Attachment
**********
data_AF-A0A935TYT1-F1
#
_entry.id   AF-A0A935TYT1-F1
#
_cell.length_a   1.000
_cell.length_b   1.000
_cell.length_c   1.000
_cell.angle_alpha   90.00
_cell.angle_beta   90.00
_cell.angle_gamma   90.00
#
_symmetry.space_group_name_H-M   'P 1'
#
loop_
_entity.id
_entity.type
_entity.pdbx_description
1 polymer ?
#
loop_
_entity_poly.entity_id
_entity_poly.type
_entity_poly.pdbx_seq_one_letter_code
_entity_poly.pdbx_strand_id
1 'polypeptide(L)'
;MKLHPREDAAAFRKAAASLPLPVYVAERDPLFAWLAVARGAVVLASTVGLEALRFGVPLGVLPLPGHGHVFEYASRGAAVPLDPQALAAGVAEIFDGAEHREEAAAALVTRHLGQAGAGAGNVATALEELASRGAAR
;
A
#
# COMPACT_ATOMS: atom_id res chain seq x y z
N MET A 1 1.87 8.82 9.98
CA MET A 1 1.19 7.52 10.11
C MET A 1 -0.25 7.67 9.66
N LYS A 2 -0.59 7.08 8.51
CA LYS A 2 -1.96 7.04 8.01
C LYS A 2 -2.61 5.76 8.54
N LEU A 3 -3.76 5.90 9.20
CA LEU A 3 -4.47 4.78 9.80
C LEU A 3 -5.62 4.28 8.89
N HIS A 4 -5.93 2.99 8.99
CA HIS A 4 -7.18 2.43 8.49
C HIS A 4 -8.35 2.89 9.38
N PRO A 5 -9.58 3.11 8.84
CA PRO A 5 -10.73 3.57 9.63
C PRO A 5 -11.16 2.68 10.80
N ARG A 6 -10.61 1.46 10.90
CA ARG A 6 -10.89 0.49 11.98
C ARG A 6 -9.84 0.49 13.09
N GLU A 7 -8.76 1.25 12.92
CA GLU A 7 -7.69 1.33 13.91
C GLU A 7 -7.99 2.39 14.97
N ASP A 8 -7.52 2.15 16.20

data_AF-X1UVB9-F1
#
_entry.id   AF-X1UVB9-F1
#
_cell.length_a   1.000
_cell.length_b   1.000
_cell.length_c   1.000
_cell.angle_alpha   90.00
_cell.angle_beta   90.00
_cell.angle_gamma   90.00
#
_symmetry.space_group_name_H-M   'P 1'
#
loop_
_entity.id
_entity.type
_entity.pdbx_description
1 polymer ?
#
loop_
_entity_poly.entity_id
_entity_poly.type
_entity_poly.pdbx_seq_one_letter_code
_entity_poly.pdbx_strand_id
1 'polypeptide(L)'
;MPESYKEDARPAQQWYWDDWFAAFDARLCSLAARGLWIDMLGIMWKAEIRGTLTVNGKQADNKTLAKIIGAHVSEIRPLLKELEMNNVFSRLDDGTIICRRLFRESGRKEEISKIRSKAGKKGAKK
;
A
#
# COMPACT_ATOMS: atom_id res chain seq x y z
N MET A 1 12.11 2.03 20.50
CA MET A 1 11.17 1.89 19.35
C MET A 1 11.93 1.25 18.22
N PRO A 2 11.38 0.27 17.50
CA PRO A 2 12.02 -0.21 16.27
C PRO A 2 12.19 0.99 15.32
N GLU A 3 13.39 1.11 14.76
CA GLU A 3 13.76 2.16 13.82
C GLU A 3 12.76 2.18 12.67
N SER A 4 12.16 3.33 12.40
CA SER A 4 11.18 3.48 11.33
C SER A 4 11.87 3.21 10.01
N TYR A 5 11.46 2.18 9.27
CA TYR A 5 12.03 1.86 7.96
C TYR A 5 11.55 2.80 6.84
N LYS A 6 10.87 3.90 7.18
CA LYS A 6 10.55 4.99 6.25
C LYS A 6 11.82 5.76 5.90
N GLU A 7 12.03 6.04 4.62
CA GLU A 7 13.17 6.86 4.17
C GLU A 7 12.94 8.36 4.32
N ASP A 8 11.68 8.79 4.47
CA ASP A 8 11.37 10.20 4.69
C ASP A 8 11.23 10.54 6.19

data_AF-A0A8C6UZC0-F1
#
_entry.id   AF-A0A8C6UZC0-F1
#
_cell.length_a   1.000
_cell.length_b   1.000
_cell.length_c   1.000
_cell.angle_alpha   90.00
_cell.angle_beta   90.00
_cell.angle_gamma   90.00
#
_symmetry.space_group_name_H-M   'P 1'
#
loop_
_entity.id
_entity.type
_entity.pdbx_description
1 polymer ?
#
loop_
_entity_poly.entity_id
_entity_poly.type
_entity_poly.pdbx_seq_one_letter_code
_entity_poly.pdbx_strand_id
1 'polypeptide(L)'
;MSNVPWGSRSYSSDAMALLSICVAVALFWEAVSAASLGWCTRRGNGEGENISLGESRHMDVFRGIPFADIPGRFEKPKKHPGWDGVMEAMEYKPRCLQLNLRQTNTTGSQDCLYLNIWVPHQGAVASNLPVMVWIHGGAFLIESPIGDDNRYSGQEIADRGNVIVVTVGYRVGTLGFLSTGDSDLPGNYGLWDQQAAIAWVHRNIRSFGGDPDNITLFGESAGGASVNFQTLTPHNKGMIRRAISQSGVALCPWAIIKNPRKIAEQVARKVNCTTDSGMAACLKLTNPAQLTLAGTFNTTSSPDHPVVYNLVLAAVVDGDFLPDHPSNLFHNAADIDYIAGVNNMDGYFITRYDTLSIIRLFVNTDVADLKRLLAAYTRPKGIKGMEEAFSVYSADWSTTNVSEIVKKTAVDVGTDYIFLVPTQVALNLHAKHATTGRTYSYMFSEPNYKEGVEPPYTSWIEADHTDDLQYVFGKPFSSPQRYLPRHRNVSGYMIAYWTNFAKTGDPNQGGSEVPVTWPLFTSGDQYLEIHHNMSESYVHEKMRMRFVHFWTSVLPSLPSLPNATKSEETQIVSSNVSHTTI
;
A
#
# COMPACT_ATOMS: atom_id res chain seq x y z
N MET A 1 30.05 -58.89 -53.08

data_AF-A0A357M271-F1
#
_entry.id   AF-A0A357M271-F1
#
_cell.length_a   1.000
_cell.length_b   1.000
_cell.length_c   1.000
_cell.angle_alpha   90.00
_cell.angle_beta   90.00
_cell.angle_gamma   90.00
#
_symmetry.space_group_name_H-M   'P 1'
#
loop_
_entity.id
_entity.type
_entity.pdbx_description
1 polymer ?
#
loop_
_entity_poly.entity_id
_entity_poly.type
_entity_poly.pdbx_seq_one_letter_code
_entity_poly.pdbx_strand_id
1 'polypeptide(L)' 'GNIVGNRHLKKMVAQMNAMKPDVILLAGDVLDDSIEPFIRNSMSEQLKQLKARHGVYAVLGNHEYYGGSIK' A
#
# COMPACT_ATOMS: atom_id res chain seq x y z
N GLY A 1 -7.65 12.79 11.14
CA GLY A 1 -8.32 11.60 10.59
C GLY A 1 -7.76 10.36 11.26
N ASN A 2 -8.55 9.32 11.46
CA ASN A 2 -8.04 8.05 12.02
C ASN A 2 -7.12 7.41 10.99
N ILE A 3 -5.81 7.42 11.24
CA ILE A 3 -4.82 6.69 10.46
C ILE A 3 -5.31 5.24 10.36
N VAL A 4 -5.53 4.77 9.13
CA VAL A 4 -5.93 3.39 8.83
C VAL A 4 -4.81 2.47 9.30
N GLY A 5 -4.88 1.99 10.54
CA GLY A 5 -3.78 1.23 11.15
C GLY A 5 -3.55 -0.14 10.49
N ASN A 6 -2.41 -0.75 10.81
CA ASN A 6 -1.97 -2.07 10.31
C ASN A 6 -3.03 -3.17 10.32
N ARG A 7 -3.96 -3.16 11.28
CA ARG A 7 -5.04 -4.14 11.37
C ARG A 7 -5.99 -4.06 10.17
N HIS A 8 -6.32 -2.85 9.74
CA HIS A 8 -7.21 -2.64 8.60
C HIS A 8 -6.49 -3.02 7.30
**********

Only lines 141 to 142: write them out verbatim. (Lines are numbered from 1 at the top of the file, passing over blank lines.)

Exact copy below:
#
_cell.length_a   1.000